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#47 in Command line utilities

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Used in runme




CI Crates

Argc is a powerful Bash framework that simplifies building full-featured CLIs. It lets you define your CLI through comments, focusing on your core logic without dealing with argument parsing, usage text, error messages, and other boilerplate code.



  • Effortless Argument Parsing:
    • Handles flags, options, positional arguments, and subcommands.
    • Validates user input for robust error handling.
    • Generates information-rich usage text.
    • Maps arguments to corresponding variables.
  • Standalone Bash Script Creation:
    • Build a bash script that incorporates all functionalities without depending on Argc itself.
  • Cross-shell Autocompletion:
    • Generate autocompletion scripts for various shells (bash, zsh, fish, powershell, etc.).
  • Man Page Generation:
    • Automatically create comprehensive man page documentation for your script.
  • Environment Variable Integration:
    • Define, validate, and bind environment variables to options and positional arguments.
  • Task Automation:
    • An Bash-based command runner that automates tasks via Argcfile.sh.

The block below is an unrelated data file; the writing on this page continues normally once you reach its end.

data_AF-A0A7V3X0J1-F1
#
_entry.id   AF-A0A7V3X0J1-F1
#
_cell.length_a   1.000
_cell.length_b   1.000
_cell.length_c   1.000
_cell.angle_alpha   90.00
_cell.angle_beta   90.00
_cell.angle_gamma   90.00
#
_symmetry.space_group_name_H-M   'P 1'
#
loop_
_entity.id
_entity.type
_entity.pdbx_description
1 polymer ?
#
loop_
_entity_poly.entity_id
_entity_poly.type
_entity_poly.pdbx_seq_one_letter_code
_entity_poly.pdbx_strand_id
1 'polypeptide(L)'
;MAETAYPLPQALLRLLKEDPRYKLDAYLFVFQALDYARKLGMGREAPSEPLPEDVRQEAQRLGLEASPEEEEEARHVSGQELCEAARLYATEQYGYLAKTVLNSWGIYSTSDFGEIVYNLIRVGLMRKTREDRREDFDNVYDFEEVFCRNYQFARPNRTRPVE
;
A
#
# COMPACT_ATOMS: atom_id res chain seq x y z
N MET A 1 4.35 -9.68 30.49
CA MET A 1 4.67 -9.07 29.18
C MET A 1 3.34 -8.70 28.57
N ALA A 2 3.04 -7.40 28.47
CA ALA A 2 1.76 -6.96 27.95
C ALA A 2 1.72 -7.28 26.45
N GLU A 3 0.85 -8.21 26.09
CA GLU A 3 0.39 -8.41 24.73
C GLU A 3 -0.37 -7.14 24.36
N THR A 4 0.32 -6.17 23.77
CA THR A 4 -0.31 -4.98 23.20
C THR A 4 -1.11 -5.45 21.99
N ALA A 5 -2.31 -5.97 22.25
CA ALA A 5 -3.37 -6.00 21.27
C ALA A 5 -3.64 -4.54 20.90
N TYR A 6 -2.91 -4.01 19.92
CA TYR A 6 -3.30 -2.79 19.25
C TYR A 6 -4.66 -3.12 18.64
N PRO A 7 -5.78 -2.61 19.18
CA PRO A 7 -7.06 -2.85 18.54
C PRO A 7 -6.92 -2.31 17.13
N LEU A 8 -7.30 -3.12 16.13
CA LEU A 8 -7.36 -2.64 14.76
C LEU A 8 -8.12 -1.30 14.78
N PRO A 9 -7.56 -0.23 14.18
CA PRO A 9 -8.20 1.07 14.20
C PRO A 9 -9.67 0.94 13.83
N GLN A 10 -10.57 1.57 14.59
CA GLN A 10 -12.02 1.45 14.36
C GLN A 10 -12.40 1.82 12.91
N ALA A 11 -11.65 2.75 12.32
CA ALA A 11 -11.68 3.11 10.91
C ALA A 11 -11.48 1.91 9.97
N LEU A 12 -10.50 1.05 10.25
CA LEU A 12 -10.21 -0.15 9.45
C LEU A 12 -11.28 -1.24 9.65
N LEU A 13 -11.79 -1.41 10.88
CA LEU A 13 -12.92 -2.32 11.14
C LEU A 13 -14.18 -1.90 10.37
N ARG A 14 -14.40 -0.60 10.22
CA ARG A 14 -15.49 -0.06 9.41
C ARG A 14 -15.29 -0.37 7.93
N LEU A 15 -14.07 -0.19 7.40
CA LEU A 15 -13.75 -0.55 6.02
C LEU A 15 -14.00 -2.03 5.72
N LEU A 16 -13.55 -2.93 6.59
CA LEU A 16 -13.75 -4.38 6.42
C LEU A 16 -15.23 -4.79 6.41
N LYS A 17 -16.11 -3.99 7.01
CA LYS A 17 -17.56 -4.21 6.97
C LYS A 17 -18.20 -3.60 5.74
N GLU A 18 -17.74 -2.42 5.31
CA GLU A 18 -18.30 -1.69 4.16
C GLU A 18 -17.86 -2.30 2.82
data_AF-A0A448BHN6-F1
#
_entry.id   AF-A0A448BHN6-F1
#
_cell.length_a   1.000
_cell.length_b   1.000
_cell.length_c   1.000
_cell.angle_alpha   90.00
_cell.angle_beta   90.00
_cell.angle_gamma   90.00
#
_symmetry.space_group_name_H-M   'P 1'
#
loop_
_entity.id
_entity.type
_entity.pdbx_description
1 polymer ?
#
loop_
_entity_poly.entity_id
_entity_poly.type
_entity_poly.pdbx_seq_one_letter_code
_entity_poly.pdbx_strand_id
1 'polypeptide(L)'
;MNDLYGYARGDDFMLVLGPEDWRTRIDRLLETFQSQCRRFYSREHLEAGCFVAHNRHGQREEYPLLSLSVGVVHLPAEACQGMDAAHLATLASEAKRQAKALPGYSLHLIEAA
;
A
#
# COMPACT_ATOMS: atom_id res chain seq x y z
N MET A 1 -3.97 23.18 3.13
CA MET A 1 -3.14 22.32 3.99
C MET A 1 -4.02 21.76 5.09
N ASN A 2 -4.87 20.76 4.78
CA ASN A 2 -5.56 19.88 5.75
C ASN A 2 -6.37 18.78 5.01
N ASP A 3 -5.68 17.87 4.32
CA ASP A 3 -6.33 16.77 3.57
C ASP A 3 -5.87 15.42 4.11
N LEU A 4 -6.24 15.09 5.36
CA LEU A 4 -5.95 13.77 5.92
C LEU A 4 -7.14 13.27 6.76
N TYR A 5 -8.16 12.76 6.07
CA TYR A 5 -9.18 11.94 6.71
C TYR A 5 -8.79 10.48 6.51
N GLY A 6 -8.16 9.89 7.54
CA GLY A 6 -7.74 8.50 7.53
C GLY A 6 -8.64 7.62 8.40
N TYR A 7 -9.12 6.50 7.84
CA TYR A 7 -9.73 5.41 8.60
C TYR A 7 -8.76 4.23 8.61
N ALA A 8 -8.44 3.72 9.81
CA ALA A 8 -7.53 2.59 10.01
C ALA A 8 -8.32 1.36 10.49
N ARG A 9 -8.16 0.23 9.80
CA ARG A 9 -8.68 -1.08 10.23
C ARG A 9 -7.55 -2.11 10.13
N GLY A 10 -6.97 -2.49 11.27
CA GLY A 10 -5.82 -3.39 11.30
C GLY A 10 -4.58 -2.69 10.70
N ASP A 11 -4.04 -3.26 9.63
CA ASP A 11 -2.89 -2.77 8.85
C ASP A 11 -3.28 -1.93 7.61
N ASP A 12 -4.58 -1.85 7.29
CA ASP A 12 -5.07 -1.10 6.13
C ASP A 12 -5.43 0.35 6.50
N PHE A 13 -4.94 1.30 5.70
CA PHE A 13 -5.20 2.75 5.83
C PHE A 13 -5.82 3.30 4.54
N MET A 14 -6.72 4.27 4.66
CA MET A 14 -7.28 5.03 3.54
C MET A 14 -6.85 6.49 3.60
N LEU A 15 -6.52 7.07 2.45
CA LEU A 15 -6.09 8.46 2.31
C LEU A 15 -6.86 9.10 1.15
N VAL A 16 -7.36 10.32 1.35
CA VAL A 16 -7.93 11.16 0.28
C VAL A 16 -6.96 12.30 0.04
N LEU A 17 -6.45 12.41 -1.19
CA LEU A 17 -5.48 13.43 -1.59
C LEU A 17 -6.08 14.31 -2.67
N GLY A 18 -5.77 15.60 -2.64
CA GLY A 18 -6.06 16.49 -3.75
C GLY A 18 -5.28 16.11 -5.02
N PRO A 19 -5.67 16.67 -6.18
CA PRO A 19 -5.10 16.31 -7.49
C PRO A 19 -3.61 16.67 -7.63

• Cross-Platform Compatibility:
    • Seamlessly run your Argc-based scripts on macOS, Linux, Windows, and BSD systems.


Package Managers

  • Rust Developers: cargo install argc
  • Homebrew/Linuxbrew Users: brew install argc
  • Pacman Users: yay -S argc

Pre-built Binaries

Alternatively, download pre-built binaries for macOS, Linux, and Windows from GitHub Releases, extract it, and add the argc binary to your $PATH.

You can use the following command on Linux, MacOS, or Windows to download the latest release.

curl -fsSL https://raw.githubusercontent.com/sigoden/argc/main/install.sh | sh -s -- --to /usr/local/bin

GitHub Actions

extractions/setup-crate can be used to install argc in a GitHub Actions workflow.

- uses: extractions/setup-crate@v1
    owner: sigoden
    name: argc

Get Started

Building a command-line program using Argc is a breeze. Just follow these two steps:

1. Design Your CLI Interface:

Describe options, flags, positional parameters, and subcommands using comment tags (explained later).

2. Activate Argument Handling:

Add this line to your script: eval "$(argc --argc-eval "$0" "$@")". This integrates Argc's parsing magic into your program.

Let's illustrate with an example:

# @flag -F --foo  Flag param
# @option --bar   Option param
# @option --baz*  Option param (multi-occurs)
# @arg val*       Positional param